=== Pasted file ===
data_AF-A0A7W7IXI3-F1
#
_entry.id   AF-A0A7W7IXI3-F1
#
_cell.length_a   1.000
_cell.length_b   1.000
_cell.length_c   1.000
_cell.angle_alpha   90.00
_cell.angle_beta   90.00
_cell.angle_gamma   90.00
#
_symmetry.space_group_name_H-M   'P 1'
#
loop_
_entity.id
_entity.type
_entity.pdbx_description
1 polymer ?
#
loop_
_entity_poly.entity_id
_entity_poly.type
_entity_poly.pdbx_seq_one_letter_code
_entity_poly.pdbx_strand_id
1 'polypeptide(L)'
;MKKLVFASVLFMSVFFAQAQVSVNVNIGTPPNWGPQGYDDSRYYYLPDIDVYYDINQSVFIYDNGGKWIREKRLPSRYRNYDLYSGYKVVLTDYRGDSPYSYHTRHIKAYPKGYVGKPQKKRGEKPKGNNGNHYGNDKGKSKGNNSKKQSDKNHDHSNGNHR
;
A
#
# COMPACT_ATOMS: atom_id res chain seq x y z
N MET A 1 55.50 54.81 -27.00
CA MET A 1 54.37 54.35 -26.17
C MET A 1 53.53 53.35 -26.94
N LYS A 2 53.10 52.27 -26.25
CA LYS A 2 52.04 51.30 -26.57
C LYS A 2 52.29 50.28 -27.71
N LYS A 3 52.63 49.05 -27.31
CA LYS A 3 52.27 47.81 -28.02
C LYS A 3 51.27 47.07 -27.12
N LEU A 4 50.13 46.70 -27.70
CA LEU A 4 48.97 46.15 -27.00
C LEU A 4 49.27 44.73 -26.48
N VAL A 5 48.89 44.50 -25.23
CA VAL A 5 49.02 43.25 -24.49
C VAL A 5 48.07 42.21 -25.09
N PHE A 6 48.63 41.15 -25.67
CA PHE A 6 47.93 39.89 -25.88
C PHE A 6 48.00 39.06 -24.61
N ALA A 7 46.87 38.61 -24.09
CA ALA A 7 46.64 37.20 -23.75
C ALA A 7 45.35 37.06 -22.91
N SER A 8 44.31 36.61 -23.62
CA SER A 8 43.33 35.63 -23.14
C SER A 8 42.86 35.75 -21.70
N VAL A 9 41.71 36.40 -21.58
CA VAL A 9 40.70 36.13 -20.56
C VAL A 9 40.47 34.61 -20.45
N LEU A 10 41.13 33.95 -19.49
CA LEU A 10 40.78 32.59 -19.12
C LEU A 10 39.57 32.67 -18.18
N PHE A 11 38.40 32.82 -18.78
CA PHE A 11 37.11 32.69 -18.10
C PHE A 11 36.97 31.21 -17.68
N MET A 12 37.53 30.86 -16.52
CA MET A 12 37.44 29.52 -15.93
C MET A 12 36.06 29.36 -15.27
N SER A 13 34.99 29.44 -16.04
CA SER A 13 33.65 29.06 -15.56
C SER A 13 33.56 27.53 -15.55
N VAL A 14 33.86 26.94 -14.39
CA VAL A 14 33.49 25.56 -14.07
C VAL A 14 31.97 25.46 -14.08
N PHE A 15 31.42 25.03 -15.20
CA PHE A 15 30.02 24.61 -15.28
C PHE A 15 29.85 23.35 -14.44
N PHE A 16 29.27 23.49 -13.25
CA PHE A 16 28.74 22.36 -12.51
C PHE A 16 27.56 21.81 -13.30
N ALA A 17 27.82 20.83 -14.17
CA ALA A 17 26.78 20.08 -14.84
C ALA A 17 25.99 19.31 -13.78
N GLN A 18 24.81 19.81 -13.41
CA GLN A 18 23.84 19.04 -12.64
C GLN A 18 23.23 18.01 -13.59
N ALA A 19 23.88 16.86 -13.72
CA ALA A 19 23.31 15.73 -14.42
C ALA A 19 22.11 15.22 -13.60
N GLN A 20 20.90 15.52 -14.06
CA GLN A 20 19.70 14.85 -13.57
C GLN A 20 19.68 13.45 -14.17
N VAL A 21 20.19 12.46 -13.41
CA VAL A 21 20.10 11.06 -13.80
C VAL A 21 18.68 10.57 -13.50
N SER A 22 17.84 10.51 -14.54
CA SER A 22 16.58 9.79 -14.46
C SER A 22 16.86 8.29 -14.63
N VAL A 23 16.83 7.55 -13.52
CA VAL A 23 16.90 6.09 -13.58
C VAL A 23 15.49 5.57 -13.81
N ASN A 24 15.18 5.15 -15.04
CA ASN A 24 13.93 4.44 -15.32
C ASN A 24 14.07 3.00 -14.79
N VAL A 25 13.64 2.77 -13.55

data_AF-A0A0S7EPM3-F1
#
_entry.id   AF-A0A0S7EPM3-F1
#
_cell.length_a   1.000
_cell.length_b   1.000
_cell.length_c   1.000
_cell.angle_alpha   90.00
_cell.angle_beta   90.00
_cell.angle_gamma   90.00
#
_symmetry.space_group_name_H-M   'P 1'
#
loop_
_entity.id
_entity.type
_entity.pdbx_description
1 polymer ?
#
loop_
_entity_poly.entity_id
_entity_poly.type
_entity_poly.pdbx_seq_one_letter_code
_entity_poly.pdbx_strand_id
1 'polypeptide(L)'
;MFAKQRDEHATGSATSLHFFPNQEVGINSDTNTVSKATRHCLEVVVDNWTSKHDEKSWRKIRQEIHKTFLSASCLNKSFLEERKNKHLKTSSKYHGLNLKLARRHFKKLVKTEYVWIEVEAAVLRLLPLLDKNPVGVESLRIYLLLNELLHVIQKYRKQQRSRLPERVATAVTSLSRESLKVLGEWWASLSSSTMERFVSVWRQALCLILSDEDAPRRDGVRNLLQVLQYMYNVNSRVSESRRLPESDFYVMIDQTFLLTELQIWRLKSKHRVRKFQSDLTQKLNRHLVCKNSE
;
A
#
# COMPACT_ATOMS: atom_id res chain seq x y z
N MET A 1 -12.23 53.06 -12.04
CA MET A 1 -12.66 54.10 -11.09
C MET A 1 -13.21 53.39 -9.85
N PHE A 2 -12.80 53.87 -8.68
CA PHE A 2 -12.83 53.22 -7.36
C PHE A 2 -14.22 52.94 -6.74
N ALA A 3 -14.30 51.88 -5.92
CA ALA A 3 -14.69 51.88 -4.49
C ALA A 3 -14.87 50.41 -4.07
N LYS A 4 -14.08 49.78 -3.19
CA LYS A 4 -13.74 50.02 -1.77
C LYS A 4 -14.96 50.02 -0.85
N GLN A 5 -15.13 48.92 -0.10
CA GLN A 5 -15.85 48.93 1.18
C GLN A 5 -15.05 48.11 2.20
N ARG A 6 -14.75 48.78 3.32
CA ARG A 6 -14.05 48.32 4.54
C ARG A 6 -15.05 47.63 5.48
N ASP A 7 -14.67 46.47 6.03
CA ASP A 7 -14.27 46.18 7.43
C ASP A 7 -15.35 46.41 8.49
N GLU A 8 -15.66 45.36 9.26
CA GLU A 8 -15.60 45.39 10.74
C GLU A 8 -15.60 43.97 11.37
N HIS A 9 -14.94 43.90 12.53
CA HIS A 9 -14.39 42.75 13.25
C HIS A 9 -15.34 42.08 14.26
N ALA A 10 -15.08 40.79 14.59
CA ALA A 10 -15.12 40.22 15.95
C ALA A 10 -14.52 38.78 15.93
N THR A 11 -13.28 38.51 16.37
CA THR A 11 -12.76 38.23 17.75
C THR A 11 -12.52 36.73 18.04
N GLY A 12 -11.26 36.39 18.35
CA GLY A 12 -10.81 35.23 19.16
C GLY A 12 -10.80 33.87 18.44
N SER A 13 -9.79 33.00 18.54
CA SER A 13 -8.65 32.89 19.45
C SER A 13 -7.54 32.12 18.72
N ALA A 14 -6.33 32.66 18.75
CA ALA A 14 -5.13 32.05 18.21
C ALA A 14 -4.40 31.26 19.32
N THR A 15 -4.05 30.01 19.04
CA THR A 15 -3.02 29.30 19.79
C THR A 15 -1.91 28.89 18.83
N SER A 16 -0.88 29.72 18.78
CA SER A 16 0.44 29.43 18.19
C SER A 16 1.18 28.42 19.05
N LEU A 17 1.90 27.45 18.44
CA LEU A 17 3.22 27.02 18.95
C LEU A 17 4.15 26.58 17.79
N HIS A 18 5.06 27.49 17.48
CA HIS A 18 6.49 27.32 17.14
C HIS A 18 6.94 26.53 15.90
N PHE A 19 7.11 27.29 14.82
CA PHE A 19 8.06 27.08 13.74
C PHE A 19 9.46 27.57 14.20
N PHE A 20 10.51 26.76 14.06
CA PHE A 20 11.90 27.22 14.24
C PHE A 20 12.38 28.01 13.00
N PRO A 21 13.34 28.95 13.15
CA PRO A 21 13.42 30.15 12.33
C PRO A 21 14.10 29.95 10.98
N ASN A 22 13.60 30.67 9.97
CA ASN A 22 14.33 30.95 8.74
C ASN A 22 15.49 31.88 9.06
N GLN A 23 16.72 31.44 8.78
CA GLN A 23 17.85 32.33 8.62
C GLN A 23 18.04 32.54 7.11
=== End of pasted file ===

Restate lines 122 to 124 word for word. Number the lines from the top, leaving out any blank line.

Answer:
#
loop_
_entity_poly.entity_id